I wouldn’t be so annoyed if the key hadn’t only just been issued after a 12 hour wait.

I’ll post more on the project when its complete (as complete as a side project ever gets!) on this blog.

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Creating a Root CA and Signing a Certificate for Development

I’ve recently been writing some services in Java using Spring where the service will be accessed over HTTP when live.  I obviously want to use this configuration in development but I don’t want to pay for a certificate.

I could write a null implementation of TrustManager, but this will be very different to live and is something that could possibly make its way through to live.

Instead, I’ll create a self-signed root CA and sign the SSL certificate for the service myself using the new root CA.

Install OpenSSL

Firstly you will need OpenSSL installed. I used the installation of OpenSSL on my MacBook Pro that comes with OS X.  On Ubuntu you install it using:

sudo apt-get install openssl

Windows users can grab OpenSSL from here.

Create the Root Key

Next you need to create the root key.

openssl genrsa -out rootCA.key 2048

If you would like to add a password to the root key, which is highly recommended, do the following:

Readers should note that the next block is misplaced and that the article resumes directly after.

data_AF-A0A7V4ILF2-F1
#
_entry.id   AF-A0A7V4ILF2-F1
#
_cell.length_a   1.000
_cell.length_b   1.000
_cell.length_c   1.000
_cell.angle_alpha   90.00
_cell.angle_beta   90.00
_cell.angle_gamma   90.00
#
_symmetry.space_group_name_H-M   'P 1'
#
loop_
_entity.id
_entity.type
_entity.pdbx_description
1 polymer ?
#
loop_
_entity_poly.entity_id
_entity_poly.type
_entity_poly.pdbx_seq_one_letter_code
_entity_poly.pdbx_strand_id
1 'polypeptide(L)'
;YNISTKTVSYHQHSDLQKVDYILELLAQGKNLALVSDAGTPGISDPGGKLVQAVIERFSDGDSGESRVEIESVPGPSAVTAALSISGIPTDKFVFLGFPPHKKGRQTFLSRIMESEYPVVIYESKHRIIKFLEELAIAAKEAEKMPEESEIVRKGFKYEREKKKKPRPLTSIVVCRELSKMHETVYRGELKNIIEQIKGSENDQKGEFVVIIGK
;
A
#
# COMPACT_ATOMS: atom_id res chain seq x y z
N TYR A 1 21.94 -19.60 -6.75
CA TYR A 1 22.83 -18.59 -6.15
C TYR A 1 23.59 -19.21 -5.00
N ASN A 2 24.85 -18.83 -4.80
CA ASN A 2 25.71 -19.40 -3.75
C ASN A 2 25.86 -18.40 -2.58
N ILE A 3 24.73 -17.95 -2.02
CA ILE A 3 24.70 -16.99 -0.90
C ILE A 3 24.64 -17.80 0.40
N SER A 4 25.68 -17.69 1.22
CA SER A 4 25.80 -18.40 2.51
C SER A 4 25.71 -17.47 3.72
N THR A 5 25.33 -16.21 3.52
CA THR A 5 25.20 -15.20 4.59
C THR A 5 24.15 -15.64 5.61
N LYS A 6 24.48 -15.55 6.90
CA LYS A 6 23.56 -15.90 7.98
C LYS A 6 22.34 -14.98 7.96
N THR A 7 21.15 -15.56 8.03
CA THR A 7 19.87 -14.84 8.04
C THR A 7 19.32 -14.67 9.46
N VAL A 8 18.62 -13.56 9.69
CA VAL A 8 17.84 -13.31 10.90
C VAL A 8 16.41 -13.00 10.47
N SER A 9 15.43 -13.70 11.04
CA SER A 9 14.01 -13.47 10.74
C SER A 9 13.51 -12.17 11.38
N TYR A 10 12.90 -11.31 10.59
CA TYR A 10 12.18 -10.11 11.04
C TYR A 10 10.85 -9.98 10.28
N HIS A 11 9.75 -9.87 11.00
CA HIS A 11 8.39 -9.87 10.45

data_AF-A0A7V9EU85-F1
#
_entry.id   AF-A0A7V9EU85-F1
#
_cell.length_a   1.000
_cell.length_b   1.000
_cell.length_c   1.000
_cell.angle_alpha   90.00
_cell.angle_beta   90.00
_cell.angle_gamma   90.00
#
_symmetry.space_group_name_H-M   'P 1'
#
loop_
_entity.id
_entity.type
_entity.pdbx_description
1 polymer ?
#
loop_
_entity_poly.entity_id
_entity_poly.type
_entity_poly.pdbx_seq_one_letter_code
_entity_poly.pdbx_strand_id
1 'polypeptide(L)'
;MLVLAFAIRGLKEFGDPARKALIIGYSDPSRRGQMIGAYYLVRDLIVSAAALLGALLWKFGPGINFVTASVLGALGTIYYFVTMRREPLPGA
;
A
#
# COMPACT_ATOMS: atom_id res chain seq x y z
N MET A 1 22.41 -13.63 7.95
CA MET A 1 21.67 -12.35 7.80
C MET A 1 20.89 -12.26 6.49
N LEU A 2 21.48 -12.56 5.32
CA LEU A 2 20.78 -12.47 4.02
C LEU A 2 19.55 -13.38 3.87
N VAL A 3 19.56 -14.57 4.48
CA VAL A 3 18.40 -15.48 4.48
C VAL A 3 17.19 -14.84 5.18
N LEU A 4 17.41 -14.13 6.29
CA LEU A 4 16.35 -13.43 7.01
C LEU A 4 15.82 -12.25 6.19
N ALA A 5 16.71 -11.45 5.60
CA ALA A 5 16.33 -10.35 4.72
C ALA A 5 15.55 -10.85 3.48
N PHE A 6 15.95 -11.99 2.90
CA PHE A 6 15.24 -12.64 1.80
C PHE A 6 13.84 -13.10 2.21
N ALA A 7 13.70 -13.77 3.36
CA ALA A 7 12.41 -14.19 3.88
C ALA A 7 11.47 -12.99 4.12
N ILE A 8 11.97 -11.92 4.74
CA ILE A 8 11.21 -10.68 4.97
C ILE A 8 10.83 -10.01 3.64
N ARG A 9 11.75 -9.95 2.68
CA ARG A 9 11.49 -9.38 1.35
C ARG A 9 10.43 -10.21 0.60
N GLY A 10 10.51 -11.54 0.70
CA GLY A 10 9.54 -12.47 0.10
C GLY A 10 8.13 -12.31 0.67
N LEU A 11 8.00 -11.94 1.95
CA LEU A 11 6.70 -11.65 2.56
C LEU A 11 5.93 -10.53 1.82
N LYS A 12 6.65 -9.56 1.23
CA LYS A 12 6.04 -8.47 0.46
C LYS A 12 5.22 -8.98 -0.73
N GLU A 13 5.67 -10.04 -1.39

openssl genrsa -des3 -out rootCA.key 2048

Using the above command will ask for a password to secure the key.  You will need to enter the password each time you use the key if you secure it.

Create a Root Certificate

The next step is to create a root certificate and self-sign the certificate using the root key generated earlier.

openssql req -x509 -new -nodes -key rootCA.key -sha256 -days 712 -out rootCA.pem

You will need to answer a few questions about the root CA.  Here’s how I answered the questions:

You are about to be asked to enter information that will be incorporated
into your certificate request.
What you are about to enter is what is called a Distinguished Name or a DN.
There are quite a few fields but you can leave some blank
For some fields there will be a default value,
If you enter '.', the field will be left blank.